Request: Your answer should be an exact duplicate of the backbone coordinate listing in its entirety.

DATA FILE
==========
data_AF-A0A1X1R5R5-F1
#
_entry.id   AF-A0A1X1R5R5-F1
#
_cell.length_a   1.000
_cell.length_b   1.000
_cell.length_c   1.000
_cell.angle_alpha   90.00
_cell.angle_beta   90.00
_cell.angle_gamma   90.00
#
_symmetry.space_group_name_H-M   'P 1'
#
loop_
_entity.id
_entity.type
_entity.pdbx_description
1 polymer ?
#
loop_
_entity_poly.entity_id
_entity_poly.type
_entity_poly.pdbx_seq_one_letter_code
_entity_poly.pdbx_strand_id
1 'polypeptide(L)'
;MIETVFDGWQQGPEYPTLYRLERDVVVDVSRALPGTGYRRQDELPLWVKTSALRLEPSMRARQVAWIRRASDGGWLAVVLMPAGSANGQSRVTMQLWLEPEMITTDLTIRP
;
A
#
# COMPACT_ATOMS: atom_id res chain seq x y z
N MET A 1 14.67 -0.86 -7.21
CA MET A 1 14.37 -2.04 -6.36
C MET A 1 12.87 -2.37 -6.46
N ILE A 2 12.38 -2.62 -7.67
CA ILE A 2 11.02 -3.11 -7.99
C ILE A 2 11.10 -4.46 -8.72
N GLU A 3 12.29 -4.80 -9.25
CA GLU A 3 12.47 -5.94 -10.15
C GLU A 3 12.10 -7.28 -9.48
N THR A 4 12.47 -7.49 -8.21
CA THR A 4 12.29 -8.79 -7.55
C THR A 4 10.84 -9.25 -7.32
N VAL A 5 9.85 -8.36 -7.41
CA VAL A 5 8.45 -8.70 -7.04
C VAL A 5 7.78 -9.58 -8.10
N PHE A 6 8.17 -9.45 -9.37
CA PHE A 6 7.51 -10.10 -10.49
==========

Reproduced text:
data_AF-A0A1X1R5R5-F1
#
_entry.id   AF-A0A1X1R5R5-F1
#
_cell.length_a   1.000
_cell.length_b   1.000
_cell.length_c   1.000
_cell.angle_alpha   90.00
_cell.angle_beta   90.00
_cell.angle_gamma   90.00
#
_symmetry.space_group_name_H-M   'P 1'
#
loop_
_entity.id
_entity.type
_entity.pdbx_description
1 polymer ?
#
loop_
_entity_poly.entity_id
_entity_poly.type
_entity_poly.pdbx_seq_one_letter_code
_entity_poly.pdbx_strand_id
1 'polypeptide(L)'
;MIETVFDGWQQGPEYPTLYRLERDVVVDVSRALPGTGYRRQDELPLWVKTSALRLEPSMRARQVAWIRRASDGGWLAVVLMPAGSANGQSRVTMQLWLEPEMITTDLTIRP
;
A
#
# COMPACT_ATOMS: atom_id res chain seq x y z
N MET A 1 14.67 -0.86 -7.21
CA MET A 1 14.37 -2.04 -6.36
C MET A 1 12.87 -2.37 -6.46
N ILE A 2 12.38 -2.62 -7.67
CA ILE A 2 11.02 -3.11 -7.99
C ILE A 2 11.10 -4.46 -8.72
N GLU A 3 12.29 -4.80 -9.25
CA GLU A 3 12.47 -5.94 -10.15
C GLU A 3 12.10 -7.28 -9.48
N THR A 4 12.47 -7.49 -8.21
CA THR A 4 12.29 -8.79 -7.55
C THR A 4 10.84 -9.25 -7.32
N VAL A 5 9.85 -8.36 -7.41
CA VAL A 5 8.45 -8.70 -7.04
C VAL A 5 7.78 -9.58 -8.10
N PHE A 6 8.17 -9.45 -9.37
CA PHE A 6 7.51 -10.10 -10.49